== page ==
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Athlete jumps at angle with distance find speed

  1. Sep 26, 2010 #1

    afa

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    1. The problem statement, all variables and given/known data

    Leaves the ground at a 33.6 degree angle and travels at 7.77 m. What is take off speed?
    If speed were increased by 4% how much longer would the jump be?

    2. Relevant equations

    Vx=Vcos(theta)

    3. The attempt at a solution

    7.77=vcos33.6 got 9.33 but says it wrong, then I added 4% to this and did 9.7cos33.6 which also seems to be wrong..what am I missing?
     
  2. jcsd
  3. Sep 26, 2010 #2
    Time my friend-time. What`s the time what it takes to travel.
     
  4. Sep 26, 2010 #3
    Hi afa, could you be a little more specific please, you say he travels 7.77m, but where? Horizontally / Vertically / Diagonally? Is this all of the question or is there more detail to it?

    Jared
     
  5. Oct 16, 2010 #4
    I'm having a similar problem:
    An athlete executing a long jump leaves the ground at an angle of 30 degrees and travels 8.90m. What was the take-off speed?
     
  6. Oct 16, 2010 #5
    Both responses from juggernaut and myself above apply to this second problem as well.

    Jared
     
  7. Oct 16, 2010 #6
    travels horizontally 8.90m, no vertical displacement, time is unknown, how do I solve for two variables? Or what do I substitute velocity or time with to solve for the other?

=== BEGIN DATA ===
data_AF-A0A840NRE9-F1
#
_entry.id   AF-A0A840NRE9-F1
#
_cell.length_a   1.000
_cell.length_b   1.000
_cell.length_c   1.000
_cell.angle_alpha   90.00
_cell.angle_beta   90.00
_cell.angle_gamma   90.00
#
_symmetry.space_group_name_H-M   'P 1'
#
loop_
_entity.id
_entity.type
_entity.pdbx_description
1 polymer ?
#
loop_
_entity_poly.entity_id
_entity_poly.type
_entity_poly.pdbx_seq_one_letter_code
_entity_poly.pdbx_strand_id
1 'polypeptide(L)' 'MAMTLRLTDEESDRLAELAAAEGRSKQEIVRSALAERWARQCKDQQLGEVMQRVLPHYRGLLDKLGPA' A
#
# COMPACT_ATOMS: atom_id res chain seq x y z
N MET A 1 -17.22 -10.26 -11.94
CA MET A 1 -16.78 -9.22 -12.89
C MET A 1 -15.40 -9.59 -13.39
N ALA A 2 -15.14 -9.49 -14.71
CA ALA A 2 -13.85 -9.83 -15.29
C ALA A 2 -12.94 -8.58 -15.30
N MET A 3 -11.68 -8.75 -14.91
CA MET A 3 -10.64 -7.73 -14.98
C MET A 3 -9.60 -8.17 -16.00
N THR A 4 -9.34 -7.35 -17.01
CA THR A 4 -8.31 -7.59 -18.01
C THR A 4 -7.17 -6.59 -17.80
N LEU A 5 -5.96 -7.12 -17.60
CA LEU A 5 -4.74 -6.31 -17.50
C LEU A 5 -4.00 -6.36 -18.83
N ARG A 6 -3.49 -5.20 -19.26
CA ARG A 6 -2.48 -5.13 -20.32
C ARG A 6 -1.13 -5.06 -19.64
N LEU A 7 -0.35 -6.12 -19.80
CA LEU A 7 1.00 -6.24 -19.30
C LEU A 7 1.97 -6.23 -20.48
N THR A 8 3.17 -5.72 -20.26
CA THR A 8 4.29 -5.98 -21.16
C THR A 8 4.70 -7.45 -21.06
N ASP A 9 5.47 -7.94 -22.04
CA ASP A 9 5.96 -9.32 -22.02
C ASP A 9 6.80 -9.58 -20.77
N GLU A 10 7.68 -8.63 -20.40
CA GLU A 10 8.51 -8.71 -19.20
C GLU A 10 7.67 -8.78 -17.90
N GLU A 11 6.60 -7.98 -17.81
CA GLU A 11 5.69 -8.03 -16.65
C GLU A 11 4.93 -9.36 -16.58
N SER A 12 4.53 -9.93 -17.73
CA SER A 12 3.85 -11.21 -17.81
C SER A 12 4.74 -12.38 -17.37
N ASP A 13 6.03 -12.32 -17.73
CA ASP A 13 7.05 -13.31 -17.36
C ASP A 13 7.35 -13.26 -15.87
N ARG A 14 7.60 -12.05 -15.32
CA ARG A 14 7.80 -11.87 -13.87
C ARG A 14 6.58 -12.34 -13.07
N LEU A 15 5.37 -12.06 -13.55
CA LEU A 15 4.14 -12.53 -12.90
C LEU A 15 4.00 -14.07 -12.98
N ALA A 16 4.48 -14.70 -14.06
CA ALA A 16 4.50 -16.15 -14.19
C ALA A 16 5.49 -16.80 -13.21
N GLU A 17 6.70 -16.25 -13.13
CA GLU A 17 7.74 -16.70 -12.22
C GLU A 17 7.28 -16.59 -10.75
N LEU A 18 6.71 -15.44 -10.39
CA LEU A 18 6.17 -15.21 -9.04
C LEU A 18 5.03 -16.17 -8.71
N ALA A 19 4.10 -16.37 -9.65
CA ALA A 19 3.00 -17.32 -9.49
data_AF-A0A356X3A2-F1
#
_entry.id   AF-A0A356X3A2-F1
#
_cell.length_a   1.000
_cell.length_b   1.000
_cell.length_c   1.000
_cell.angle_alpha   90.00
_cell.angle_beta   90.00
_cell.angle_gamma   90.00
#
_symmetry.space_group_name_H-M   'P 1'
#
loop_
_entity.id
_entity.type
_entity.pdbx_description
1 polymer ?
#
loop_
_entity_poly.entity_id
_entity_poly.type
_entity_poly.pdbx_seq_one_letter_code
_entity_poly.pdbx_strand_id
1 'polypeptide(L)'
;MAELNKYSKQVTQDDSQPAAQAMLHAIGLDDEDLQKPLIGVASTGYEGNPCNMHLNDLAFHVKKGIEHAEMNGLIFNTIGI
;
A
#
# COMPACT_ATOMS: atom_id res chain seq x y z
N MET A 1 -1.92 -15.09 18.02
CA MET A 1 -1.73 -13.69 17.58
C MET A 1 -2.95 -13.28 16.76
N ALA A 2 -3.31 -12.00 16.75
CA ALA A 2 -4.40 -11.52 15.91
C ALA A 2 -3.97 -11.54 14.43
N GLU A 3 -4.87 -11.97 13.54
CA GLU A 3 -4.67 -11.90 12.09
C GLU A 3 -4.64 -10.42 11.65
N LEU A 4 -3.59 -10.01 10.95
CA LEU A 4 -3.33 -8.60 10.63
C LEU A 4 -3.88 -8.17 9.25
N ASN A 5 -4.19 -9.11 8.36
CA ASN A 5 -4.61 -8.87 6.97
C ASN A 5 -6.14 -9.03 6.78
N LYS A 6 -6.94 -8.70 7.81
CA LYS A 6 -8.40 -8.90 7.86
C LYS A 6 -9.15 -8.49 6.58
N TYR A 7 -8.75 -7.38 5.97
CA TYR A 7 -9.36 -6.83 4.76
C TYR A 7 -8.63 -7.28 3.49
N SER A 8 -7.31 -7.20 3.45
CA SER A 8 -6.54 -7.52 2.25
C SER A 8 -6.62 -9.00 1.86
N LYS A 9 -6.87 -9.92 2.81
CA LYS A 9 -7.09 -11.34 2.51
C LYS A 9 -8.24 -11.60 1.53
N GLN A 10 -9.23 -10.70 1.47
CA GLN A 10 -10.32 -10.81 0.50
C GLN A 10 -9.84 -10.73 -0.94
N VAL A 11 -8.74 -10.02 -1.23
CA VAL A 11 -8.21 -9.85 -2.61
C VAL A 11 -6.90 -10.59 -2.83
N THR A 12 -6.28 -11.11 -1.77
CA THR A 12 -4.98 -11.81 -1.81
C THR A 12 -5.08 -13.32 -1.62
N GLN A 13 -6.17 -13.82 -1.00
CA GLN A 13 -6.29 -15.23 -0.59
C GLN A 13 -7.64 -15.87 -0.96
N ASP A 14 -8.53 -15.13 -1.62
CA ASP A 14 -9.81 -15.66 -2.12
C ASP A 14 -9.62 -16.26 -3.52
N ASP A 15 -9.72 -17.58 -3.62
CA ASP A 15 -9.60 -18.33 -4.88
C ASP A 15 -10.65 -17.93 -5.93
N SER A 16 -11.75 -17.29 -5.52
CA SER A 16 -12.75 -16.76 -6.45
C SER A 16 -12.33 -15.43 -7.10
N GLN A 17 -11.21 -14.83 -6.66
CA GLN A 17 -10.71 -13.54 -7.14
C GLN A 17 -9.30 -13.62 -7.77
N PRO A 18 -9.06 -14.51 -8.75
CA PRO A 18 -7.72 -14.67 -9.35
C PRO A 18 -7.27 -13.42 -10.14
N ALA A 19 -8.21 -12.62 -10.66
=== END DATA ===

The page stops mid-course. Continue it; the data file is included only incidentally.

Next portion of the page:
8. Oct 16, 2010 #7
    Leaves the ground at 30 degrees, but there's no vertical displacement?
     
  9. Oct 16, 2010 #8
    You really do need the time factor, and based on what you have given you can't calculate it as far as I can tell.

    I'm not sure if you can solve with only two variables. Try rearranging your equations of motion to get something you can solve (perhaps simultaneously).

    You can't just substitute time or velocity as they'll generate different answers.

    dmkeddy, you should start your own threads for things like this and not hijack an old one as it will gain you a better response.
     
    Last edited: Oct 16, 2010
  10. Oct 16, 2010 #9
    Since you have to assume that his y displacement is zero by the time he lands, you could use the range equation for this which is (v^2)sin(2x)/g. You know the range is 7.77 and you know x, which is the angle. So solve for v. For the second case, all is being kept constant, except for velocity. So the equation should be kept normal but except for where you write v^2 write (1.04v)^2. If you simplify, you'll note that everything is the same except for the 1.04^2. Hence, just multiply 7.77 by 1.04^2.
     
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